Staying Mentally Well During COVID-19
Feeling a little overwhelmed lately? That makes sense – the world feels upside down these days. And it makes sense for kids to be feeling overwhelmed, too. Even without a pandemic added to our lives, kids with diabetes have an increased risk for mental health struggles including diabetes distress, burnout, and depression. Learn to self-screen for mental health issues with your children, and gain some insight on how to manage issues that might arise.
Diabetes and Mental Health
Diabetes can contribute to a lot of daily stress for the person living with diabetes and their loved ones. It’s estimated, according to a study from 2014 published in Diabetes Care, that people with diabetes make an additional 120 decisions a day in order to care for themselves, so it’s no wonder that this increases their risk for mental health challenges three times more in kids and teens, and by two to three times more in adults.
As well as the daily decision-overload, there are many common worries that people with diabetes tend to have. Fear of low blood sugars, worry about complications, social embarrassment, anxiety about diabetes devices working, and being a burden on family or loved ones are some of the more common fears.
Signs of General Mental Health Struggles
Our CWD team hosted a Screenside Chat Talking About Kids’ Mental Health with Dr. Laura Smith, PhD, CDCES, Assistant Professor of Pediatrics at Cincinnati Children’s Hospital, and clinical diabetes psychologist. Dr. Smith talked about how it can be difficult to interpret your child’s signs of mental health struggles and shared some typical signs kids may show that could mean your child may need some help.
Signs may include:
- Feeling very sad, low or overwhelmed
- Irritability or anger
- Excessive worrying
- Difficulty Concentrating
- Avoiding social activities, family or friends
- Big changes in sleeping habits or eating habits
- Multiple physical ailments without obvious causes (often frequent stomach or headaches)
“Irritability in particular is often overlooked and is a very common symptom of depression in teens and kids,” said Smith. “Parents report to me that their child’s behavior has changed … if in the past very active socially … now they’re staying in their room more and withdrawing.”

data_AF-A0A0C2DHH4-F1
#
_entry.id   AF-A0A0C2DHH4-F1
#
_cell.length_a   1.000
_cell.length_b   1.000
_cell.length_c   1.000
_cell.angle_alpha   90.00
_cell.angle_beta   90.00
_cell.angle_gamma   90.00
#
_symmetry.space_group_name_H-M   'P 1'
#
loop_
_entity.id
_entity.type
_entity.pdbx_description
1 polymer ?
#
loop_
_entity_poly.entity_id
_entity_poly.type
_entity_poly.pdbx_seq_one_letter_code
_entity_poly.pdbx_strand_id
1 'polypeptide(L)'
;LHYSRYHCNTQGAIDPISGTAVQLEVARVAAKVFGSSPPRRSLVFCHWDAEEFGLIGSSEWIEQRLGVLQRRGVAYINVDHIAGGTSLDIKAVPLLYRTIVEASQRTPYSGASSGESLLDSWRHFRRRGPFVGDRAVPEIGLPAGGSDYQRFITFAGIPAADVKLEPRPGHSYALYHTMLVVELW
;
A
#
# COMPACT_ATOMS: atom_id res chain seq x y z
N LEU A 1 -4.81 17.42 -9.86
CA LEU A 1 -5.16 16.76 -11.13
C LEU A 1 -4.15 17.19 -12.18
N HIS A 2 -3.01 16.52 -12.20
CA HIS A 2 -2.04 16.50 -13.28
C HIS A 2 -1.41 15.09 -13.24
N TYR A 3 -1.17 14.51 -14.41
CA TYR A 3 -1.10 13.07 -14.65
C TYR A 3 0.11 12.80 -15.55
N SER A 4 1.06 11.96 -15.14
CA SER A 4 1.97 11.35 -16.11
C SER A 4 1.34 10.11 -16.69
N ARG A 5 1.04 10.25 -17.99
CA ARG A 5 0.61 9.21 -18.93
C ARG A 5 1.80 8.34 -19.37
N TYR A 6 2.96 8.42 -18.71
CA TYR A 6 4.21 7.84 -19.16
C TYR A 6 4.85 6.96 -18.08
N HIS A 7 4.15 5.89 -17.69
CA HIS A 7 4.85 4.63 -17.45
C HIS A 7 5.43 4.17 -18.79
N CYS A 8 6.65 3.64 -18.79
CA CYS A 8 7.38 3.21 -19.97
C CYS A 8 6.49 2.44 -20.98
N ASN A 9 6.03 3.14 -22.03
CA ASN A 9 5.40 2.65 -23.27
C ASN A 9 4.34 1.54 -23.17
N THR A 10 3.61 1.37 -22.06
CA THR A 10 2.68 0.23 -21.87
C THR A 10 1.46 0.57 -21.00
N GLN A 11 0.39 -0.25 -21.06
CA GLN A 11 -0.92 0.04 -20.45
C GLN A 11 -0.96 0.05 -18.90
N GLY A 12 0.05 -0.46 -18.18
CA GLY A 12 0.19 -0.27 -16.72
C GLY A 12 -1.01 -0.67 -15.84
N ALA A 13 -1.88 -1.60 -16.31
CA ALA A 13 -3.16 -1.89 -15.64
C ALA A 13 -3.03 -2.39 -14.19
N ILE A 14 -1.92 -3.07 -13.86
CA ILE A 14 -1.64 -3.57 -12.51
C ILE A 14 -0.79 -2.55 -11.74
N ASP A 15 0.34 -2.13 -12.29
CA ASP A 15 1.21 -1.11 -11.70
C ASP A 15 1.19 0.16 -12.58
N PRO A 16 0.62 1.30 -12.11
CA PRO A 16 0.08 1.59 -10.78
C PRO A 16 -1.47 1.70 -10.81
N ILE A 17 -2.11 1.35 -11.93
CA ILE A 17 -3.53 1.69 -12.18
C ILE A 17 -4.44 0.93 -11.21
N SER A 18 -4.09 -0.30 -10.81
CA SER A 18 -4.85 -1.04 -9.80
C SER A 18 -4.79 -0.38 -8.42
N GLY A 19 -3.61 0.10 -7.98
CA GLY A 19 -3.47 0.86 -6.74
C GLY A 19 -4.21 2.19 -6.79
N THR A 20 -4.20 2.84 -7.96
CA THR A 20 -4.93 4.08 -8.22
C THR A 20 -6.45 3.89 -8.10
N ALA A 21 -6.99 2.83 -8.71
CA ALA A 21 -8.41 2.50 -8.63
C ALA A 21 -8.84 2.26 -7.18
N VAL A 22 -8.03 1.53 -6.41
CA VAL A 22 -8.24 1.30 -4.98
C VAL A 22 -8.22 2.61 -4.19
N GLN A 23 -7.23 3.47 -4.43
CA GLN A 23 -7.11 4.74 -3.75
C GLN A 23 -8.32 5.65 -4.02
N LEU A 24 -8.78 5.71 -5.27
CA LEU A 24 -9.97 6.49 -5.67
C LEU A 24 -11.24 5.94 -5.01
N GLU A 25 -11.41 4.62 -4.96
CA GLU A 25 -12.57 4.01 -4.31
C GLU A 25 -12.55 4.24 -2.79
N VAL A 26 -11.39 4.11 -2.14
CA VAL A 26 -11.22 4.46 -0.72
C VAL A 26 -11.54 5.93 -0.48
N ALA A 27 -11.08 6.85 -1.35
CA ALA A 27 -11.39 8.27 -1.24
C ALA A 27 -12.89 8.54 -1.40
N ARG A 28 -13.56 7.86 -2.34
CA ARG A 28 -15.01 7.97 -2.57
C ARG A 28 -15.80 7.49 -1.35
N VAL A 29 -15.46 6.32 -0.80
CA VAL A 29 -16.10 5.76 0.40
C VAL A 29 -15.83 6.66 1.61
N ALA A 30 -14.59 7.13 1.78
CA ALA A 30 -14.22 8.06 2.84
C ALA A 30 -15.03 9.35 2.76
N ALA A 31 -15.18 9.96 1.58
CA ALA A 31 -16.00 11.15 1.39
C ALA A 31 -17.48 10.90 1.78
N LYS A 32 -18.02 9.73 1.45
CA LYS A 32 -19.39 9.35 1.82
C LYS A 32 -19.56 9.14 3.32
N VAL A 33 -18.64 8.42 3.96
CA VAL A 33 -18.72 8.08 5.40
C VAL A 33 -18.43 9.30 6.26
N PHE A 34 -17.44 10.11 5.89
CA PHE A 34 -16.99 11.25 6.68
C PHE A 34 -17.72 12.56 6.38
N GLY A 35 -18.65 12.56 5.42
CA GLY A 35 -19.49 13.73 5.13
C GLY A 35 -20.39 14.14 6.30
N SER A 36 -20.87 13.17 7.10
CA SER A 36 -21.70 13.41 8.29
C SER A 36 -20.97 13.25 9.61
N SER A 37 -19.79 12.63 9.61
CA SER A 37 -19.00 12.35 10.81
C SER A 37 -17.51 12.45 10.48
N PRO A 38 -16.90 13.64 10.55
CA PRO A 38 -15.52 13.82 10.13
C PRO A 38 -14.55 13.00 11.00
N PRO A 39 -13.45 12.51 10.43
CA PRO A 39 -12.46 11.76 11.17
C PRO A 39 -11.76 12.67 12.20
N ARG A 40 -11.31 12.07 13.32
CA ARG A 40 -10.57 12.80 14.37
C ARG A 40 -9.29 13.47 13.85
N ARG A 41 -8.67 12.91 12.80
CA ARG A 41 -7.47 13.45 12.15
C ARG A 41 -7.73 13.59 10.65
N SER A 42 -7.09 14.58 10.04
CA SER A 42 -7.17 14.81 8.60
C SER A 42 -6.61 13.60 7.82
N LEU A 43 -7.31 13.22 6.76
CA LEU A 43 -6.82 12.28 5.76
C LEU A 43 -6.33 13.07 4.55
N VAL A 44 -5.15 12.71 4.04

Diabetes Distress or Burnout
Diabetes distress or burnout may be an issue if your child is overwhelmed about diabetes, tired of diabetes tasks, hopeless or negative about diabetes, or not taking care of their diabetes as normal. Most people with diabetes will experience some form of diabetes distress or burnout in their lifetime.
As a caregiver of a child with diabetes, one of the best ways to help prevent or address diabetes distress or burnout is to simply offer to help your child with their diabetes care. Simply offering to help, asking if you can fill a pump cartridge, checking their blood sugar for them, changing their CGM, whatever it may be, can be immensely helpful. Talk with your child about what they might find helpful, and work as a team to identify ways that you can support them.
Steps to Help Identify and Manage Mental Health Issues in Children
Validate, validate, validate. The world in general is going through a lot right now, and helping your child validate their emotions is key to helping them develop their mental well-being. Validating someone else’s feelings is simple, but it’s often difficult for us as people. We often want to jump to provide advice or solutions long before we understand how the other person is feeling. The first step in validating is simply listening to the your child – and active listening can be a challenge. Next is to normalize their reaction such as, “It’s okay that you’re frustrated; I would feel frustrated, too. I understand.”